I read this novel because I recently re-read “Station Eleven” (after watching the series) and was reminded of how much I liked it. However, while this book follows the same formula as Station Eleven — seemingly disconnected characters who are unwittingly linked together — the background setting of Station Eleven (a post-pandemic world where almost everyone is dead) is fascinating enough to keep you reading through the storylines and character arcs that end up going nowhere. In this novel, however, the background setting is mundane: A hotel, Toronto, rich people in New York, etc. As a result, I ended up being much more focused on the fact that almost every plot line and character’s story seems to just peter out. As in SE, some things come together at the end, but getting there, in this novel, is a much less satisfying read.

Review of 'The Glass Hotel' on 'Goodreads'

3 stars

Vincent swam every night to strengthen her will because she was desperately afraid of drowning.

As I neared the end of the book I tried to imagine how I could summarize it. What is the quick recap that can explain what this is about? Is this a story about a hotel and the lives that are interconnected through a period of time?

Or is the story about the web of people Vincent and Paul interacted with and how they continued to bounce around in that sphere of familiar circles? Or is the Ponzi scheme and financial fallout the focus of the book?

For a book without an immediate identity I enjoyed reading it. Emily St. John Mandel crafts an eerie and almost haunting story. I felt as isolated as the guests in the hotel reading this book. There is a sense of isolation and dread but also beauty in the …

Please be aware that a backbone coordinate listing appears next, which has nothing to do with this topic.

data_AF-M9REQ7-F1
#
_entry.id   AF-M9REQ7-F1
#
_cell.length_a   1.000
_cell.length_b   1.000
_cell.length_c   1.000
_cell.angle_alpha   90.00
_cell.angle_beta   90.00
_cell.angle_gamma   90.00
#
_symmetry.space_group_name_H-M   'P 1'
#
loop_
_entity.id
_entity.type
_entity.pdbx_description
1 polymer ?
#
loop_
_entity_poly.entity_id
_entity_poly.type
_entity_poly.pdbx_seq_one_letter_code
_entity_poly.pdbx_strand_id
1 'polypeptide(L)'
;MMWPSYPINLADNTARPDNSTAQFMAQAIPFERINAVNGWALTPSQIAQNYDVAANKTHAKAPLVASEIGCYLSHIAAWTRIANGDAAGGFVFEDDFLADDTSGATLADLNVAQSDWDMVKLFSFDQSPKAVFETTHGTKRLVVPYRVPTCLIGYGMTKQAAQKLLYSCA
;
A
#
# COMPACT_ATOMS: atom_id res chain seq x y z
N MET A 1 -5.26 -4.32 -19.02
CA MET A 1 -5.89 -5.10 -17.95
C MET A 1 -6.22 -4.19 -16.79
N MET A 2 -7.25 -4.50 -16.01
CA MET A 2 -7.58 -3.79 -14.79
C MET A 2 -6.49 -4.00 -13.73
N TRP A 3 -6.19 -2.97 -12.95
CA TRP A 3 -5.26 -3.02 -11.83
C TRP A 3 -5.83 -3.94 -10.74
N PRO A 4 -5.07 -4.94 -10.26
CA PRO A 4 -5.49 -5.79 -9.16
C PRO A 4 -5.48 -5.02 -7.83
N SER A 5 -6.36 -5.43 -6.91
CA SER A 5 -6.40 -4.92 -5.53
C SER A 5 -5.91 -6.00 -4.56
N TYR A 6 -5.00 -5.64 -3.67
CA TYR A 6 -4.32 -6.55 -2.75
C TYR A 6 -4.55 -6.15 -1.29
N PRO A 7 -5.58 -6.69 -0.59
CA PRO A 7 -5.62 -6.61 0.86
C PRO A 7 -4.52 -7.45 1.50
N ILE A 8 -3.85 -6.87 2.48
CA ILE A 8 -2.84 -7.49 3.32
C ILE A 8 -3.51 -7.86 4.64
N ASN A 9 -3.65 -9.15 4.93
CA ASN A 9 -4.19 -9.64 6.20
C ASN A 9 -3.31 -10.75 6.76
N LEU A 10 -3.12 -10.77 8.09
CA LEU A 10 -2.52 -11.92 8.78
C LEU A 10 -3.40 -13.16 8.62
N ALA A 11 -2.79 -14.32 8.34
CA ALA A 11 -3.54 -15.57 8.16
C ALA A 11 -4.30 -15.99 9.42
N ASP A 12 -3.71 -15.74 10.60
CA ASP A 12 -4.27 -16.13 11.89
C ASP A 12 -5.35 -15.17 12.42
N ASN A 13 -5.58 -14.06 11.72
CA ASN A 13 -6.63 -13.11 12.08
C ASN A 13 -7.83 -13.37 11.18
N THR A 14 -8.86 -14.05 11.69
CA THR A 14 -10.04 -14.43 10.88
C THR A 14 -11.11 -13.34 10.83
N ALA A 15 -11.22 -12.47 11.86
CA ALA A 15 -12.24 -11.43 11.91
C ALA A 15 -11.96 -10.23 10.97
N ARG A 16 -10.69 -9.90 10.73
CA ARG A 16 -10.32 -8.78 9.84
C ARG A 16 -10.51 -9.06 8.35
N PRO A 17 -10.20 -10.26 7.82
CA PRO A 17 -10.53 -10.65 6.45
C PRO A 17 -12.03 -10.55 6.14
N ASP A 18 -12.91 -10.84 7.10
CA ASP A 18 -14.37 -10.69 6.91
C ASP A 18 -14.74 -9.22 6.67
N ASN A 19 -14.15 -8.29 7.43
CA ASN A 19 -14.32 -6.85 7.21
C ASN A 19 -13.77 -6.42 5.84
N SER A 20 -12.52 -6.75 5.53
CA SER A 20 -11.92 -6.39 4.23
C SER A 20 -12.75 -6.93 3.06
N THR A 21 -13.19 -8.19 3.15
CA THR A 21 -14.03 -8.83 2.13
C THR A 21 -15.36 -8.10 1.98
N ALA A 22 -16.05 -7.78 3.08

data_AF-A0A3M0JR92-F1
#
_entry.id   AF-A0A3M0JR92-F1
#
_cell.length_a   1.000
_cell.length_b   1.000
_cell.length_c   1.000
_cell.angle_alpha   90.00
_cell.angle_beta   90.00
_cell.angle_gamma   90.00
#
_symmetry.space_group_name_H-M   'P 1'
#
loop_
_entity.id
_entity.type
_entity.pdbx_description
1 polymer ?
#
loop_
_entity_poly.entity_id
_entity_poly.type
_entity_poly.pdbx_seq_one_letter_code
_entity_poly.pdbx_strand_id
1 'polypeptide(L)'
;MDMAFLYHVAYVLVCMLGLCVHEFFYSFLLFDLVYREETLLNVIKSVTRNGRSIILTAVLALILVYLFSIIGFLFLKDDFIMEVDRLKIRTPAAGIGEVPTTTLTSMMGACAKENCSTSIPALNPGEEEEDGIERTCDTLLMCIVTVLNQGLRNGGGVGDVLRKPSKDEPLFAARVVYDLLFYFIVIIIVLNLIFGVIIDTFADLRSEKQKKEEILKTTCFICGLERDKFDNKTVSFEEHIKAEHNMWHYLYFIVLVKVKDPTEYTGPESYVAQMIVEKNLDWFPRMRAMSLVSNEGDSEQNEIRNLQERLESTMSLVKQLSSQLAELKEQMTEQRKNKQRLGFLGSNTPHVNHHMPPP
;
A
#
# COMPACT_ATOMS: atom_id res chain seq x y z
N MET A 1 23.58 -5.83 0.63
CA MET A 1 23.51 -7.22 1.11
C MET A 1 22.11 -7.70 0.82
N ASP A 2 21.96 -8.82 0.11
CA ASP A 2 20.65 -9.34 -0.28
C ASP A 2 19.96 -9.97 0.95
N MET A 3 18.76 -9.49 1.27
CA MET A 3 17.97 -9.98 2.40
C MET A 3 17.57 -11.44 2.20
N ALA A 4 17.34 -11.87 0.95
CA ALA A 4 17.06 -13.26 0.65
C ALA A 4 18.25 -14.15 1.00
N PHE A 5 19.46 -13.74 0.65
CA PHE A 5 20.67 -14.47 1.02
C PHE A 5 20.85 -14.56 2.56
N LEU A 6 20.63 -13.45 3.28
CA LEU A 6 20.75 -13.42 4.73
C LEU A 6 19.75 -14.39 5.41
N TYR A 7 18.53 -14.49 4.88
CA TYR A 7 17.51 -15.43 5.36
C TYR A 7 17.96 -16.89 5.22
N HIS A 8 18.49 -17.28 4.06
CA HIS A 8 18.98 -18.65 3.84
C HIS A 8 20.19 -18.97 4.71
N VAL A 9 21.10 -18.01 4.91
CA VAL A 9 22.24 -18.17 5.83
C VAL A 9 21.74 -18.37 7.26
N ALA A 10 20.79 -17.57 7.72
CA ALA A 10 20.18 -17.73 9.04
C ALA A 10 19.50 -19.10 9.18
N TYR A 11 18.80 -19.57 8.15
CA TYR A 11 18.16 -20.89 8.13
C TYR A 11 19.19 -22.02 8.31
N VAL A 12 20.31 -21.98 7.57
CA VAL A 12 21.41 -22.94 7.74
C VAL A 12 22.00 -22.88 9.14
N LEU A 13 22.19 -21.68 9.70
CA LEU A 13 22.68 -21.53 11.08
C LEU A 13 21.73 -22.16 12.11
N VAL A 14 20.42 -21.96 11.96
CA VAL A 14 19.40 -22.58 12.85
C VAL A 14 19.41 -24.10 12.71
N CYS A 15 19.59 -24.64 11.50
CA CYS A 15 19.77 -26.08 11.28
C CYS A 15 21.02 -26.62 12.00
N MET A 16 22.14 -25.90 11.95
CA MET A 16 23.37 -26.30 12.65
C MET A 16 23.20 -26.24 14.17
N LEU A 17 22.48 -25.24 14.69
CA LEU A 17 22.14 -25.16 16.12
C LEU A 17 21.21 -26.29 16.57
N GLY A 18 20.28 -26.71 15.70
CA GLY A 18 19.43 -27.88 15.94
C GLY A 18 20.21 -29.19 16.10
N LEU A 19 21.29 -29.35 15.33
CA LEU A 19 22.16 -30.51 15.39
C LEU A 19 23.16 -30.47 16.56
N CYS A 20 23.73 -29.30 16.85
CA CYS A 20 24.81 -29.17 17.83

Review of 'The Glass Hotel' on 'Goodreads'

4 stars

I really, really enjoyed Station Eleven. I was a little hesitant to pick this one up because of the disappointed reviews I kept seeing and hearing, but I'll honestly say without a trace of doubt that I'm glad I read it. It's told nonsequentially, much like Station Eleven, which will give you that same feeling of having to piece together a puzzle. It also involves a world-ending event, albeit on a smaller, personal, financial sense than a global, everyone, pandemic sense, which was satisfying to piece together.

Unfortunately the underlying themes of The Glass Hotel were less interesting to me than the themes of Station Eleven. Financial drama just doesn't get the same imagination cells firing for me as "survival is insufficient" from Station Eleven. I also didn't really like any of the characters from The Glass Hotel, because it's hard to feel connected with a Ponzi …

Review of 'The Glass Hotel' on 'GoodReads'

5 stars

Vincent's story is so beautiful and so tragic. Her whole life was borrowed and stolen.



## Why I Picked It Up ##



It was a very convenient combination of being on the Best Fiction Of 2020 and also Available Now at my library. Also I always felt kind of guilty for some reason for not getting into Station Eleven, so I wanted to give the author a second chance.



## What I Want To Remember ##



The way Vincent and other moved through different landscapes. The Country of Money. The Shadow Country. The Other World. The World of Sea and the World of Land. The Shipping World. So many different hidden worlds. It really took the idea of Two Americas and exploded it into Many Americas and followed through on the idea.



I liked the non-linear bits of it and how all the characters crossed through each others lives, sometimes …